10 alternative EPs that pack the same punch as an album
For most fans of music, EPs aren’t as special as full-length releases. They are often considered odds and ends in between records rather than their own thing. On that rare occasion, though, EPs give us a completely different experience than what we thought we would get, packing the punch of an album in a little amount of time. With these selections, you’ll be aching to hear more once it’s over. Below are the 10 greatest EPs in alternative music.
Read more: 10 alternative albums that are way better than you think
R.E.M. – Chronic Town (1982)
Before R.E.M. had an album out, they already had their sound down to a science. In just a couple of tracks, this is exactly the kind of slacker tunes that would build the alt-rock empire, such as “Gardening At Night” being a test run for Murmur. For a project that has a gargoyle on the cover, this is a lot more chipper than you’d think.
Cocteau Twins – Echoes In A Shallow Bay (1985)
This is classic Cocteau Twins material where post-punk dominated and the emotional resonance was turned way up. Billy Howerdel originally considered Elizabeth Fraser to front A Perfect Circle, and this kind of smoky crooning would have fit the bill nicely. You might not be able to understand much of the lyrics, but songs this potent don’t need words to make you feel something.
Charli XCX – Pop 2 (2017)
This is the moment when Charli XCX officially entered the realm of hyperpop. After working off the steam left over from songs like “Boom Clap,” this is where she turned a corner, working with artists such as Dorian Electra to craft something entirely different. This is basically ground zero for the new Charli, with most of her later albums expanding upon what this release did. Charli may have shed her old pop skin, but if this is what we have to look forward to, we don’t need to worry about a damn thing.
blink-182 – Dogs Eating Dogs (2012)
Considering how much time Tom DeLonge spent working in the studio on Neighborhoods, it’s a miracle we got another release before he left the band for a second time. Aside from a few B-sides, this is a good look at what an extension of Neighborhoods could have been, bringing in more electronics and even having Yelawolf on the track “Pretty Little Girl.” Because the new blink are capturing their old sound these days, this is what a more mature version of the band could have sounded like with the classic lineup still intact.
My Bloody Valentine – You Made Me Realise (1988)
The long road to Loveless wasn’t going to be easy for My Bloody Valentine. After the lackluster reception of their first demo recordings, this is where things started to click. The band achieved a much more blown-out sound from Kevin Shields’ guitar that nearly drowns out the rest of the members in the process. Their shoegaze sound wasn’t there just yet, but this was a sign of epic things to come.
Lorde – The Love Club (2013)
We should count ourselves lucky if we can accomplish half of what Lorde did before she was out of her teens. Before releasing one of the greatest pop debuts ever, though, there was already genius on here, being home to the original version of “Royals” along with deep cuts such as “Biting Down.” Bonus points for the special editions that include a version of “Swingin Party” by the Replacements. Lorde was ahead of her time in many ways, but she also knew how to pay tribute to the ones who laid the groundwork for her.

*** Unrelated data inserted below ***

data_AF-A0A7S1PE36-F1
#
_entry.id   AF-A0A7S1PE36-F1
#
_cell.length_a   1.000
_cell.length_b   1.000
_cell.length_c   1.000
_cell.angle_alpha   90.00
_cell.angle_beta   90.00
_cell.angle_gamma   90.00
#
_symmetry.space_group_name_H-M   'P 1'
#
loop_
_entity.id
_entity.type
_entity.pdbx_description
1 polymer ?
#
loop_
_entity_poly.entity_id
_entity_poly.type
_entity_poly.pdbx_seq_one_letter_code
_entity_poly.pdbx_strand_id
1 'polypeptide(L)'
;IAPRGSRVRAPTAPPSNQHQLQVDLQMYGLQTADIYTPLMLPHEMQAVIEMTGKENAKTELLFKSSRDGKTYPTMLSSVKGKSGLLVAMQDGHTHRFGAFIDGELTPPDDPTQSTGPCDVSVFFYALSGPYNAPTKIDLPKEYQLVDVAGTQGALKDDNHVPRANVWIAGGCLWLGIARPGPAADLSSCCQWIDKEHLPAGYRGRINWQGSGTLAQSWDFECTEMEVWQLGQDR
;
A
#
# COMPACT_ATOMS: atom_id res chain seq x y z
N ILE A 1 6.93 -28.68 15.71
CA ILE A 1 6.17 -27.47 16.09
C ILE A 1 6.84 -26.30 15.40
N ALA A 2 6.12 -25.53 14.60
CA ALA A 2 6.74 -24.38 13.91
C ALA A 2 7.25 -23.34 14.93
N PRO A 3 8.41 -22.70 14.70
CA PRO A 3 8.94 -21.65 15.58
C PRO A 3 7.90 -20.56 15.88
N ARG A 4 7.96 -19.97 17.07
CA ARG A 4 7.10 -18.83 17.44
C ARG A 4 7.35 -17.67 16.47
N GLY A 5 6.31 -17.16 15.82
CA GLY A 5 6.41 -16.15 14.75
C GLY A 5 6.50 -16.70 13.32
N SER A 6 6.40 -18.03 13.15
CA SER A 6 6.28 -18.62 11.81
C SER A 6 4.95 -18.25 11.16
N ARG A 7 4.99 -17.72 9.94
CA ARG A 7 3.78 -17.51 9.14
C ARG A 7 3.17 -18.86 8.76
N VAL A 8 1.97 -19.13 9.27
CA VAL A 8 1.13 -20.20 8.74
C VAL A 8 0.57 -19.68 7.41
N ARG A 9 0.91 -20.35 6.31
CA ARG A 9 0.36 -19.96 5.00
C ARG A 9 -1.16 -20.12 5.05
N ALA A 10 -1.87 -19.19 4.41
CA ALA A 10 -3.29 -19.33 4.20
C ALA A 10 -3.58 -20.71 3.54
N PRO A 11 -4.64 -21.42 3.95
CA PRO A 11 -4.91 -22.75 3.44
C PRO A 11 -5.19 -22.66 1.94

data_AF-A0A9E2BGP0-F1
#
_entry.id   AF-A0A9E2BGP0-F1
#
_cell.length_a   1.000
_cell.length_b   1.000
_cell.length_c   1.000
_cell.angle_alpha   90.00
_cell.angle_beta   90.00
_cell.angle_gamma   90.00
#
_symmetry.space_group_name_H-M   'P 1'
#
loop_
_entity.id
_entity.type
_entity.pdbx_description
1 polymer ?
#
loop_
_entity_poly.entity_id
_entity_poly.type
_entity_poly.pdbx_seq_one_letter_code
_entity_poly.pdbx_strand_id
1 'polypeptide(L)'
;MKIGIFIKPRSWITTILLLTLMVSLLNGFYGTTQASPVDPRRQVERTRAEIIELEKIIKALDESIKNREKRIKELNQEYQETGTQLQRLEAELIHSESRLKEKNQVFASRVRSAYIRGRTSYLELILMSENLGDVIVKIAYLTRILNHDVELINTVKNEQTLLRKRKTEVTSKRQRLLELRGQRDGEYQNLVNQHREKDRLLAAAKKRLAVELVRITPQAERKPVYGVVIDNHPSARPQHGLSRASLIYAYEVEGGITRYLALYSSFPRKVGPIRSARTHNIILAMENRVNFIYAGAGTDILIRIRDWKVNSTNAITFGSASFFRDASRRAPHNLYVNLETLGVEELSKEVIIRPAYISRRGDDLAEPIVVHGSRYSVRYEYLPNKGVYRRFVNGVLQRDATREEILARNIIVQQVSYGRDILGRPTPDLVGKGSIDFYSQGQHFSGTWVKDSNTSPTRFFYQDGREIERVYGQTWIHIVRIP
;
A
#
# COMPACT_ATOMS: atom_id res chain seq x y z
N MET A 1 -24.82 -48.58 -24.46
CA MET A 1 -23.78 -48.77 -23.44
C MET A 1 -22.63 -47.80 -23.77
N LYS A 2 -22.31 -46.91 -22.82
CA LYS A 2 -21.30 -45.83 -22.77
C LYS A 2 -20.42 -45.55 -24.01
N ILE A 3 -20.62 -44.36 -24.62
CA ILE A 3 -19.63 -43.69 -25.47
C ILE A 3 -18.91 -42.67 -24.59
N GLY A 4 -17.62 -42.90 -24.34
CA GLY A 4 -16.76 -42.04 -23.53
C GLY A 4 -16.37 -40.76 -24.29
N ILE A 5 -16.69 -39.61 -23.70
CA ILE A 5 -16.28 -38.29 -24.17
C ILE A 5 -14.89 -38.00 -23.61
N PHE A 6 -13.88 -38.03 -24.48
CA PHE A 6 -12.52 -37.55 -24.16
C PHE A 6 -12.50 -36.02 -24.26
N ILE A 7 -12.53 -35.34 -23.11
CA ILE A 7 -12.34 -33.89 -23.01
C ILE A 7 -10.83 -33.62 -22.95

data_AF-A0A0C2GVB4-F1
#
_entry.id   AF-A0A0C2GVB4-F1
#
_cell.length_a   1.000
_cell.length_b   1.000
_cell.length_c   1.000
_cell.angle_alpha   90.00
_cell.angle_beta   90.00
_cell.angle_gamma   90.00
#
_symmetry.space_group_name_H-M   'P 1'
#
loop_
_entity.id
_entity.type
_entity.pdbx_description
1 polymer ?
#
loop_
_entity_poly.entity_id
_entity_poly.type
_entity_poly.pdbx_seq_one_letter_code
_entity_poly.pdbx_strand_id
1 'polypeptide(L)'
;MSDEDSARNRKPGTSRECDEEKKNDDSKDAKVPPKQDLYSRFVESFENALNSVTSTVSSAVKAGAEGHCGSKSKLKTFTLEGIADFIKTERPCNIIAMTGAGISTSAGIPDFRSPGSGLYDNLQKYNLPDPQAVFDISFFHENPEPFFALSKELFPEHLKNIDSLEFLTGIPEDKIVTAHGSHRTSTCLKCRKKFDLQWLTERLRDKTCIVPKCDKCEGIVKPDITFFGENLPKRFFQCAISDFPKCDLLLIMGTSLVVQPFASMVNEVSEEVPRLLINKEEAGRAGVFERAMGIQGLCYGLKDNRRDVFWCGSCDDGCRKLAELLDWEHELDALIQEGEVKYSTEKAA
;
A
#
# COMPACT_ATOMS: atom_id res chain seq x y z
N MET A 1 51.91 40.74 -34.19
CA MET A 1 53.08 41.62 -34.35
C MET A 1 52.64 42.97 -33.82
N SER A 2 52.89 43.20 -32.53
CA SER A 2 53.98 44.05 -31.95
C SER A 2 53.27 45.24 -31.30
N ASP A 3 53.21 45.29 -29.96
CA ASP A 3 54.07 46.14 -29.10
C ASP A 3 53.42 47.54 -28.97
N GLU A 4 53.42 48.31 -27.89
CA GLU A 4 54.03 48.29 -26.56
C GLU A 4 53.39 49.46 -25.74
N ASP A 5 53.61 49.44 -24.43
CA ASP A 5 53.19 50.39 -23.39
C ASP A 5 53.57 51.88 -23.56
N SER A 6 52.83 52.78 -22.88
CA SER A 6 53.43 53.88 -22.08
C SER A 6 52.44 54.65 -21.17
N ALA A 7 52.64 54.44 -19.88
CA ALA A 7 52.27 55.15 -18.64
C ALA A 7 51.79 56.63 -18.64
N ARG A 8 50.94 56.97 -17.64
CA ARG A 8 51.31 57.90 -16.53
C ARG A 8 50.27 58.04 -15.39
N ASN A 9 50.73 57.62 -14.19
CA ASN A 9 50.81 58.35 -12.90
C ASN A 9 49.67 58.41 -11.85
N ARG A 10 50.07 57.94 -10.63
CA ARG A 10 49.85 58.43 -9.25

Linkin Park and Jay-Z – Collision Course (2004)
For anyone who thinks that hip-hop and rock can’t co-exist, listen to this EP. While it may have only been a mashup for any lesser artist, both Jay-Z and Mike Shinoda put their all into the production, bringing in new takes of Linkin Park songs to fit under Jay’s Black Album bars. As much as “Numb/Encore” hit close to the heart back in the day, though, you haven’t lived until you’ve heard “99 Problems” mixed with “Points Of Authority.” Half rock, half hip-hop, 100% badass.
Nine Inch Nails – Broken (1992)
Even those who are versed in industrial music still probably aren’t ready for an EP like this. Recorded in the infamous Sharon Tate house prior to making The Downward Spiral, this is the sound of Trent Reznor going hard behind the board, which earned him two Grammys in the process. The real chaos came later, but this is a first look at Mr. Self Destruct. Things were bleak, and it was only going to get darker from here.
Paramore – The Singles Club (2011)
Even with all of their amazing records, this EP might be the greatest showcase of how much Paramore can do with little. Aside from the song “Monster,” which was made for the Transformers soundtrack, every other track is a snapshot of the band’s prowess, only with a bit more cynicism in the lyrics. In three tracks, Paramore go from emo bangers to thoughtful songs to heartbreaking cuts. There are still some bands that can’t make that happen on a full album, let alone three tracks.
Alice In Chains – Jar Of Flies (1994)
On first listen to Dirt by Alice In Chains, you can hear the band undergoing real pain as they try to make sense of their addictions. If that was the pain, then Jar Of Flies was the sadness that comes afterward. And that raw emotion clearly resonated, with Jar Of Flies being nominated for two Grammys for “I Stay Away.”
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